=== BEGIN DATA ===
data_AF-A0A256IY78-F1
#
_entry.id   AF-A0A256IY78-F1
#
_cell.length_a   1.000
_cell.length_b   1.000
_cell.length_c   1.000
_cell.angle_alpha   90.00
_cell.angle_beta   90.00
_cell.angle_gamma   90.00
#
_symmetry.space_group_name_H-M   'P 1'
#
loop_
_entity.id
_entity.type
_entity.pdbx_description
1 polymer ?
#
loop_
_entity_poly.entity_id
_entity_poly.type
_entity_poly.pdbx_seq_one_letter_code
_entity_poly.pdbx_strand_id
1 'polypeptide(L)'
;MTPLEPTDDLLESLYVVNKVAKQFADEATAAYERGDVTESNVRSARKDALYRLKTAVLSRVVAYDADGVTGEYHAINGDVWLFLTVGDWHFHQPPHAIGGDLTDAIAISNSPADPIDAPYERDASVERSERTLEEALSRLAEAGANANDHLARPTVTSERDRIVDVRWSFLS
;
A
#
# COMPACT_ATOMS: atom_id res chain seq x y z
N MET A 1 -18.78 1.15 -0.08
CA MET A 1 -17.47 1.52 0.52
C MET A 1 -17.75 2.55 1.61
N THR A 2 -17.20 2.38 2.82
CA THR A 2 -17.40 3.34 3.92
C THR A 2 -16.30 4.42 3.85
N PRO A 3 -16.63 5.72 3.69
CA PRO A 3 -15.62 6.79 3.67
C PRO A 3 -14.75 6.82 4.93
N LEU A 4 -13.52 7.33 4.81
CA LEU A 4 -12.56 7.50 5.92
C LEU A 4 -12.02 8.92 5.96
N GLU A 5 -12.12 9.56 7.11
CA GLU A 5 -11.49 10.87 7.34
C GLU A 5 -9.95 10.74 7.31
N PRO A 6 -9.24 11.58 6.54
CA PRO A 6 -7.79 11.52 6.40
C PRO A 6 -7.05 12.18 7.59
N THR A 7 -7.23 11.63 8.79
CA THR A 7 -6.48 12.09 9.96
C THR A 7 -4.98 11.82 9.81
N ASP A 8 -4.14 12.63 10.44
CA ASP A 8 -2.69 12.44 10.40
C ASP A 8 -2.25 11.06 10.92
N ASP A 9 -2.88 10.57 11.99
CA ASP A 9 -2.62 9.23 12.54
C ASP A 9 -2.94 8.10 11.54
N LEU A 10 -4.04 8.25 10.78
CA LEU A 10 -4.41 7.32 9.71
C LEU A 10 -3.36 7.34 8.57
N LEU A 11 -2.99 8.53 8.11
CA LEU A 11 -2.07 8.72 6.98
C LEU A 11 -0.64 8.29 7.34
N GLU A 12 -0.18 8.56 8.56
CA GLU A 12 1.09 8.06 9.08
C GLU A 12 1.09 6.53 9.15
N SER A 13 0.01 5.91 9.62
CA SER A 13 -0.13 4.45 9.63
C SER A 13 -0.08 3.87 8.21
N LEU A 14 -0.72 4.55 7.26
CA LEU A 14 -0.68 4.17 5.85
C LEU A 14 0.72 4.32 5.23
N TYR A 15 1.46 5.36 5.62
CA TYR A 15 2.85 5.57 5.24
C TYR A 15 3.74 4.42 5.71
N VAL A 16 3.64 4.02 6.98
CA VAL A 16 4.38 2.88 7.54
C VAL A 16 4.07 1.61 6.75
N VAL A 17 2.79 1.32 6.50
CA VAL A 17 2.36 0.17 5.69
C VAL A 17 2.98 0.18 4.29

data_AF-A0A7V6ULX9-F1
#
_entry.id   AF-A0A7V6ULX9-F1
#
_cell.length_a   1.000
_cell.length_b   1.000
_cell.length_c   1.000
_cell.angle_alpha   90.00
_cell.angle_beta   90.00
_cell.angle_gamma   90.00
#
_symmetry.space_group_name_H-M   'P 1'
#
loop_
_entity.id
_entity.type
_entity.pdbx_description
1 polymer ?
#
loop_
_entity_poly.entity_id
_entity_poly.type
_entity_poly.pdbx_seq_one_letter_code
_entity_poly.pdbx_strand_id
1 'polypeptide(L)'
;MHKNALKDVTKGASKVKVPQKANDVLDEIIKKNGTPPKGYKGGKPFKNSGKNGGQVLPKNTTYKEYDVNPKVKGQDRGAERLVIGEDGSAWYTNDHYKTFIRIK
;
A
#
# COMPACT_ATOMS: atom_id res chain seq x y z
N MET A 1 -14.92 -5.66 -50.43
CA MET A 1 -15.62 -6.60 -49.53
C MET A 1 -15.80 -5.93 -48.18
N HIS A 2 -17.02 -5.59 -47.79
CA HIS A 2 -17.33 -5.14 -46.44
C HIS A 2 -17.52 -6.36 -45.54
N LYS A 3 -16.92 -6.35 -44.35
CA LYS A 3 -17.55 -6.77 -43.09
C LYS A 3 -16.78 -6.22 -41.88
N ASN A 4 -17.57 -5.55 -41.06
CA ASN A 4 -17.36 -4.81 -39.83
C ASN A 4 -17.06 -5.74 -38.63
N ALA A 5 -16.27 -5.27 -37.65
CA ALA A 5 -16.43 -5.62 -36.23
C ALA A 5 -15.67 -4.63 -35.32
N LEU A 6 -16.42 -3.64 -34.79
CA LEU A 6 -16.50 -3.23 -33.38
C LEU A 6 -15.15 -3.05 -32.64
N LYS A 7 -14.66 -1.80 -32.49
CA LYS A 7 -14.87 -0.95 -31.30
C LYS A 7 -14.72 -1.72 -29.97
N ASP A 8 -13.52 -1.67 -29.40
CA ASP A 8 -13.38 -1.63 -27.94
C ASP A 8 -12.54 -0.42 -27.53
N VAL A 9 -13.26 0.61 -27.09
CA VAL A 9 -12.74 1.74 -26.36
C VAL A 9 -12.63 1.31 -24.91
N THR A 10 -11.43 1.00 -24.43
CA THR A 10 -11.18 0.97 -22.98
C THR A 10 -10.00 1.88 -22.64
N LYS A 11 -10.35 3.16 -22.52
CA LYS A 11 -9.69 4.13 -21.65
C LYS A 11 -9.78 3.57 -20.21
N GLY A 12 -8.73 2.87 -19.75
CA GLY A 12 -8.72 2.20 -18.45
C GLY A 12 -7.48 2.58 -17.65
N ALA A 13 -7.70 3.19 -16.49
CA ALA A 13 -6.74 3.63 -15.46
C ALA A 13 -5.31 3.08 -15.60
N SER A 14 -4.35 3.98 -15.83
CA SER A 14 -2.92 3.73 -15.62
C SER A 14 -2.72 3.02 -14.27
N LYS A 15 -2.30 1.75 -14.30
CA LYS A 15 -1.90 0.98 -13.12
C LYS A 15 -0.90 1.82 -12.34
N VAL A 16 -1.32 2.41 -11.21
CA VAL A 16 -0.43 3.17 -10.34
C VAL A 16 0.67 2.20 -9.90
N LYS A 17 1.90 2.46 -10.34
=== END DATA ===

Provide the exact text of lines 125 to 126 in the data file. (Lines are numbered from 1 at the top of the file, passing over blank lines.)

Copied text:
CA ALA A 5 -16.43 -5.62 -36.23
C ALA A 5 -15.67 -4.63 -35.32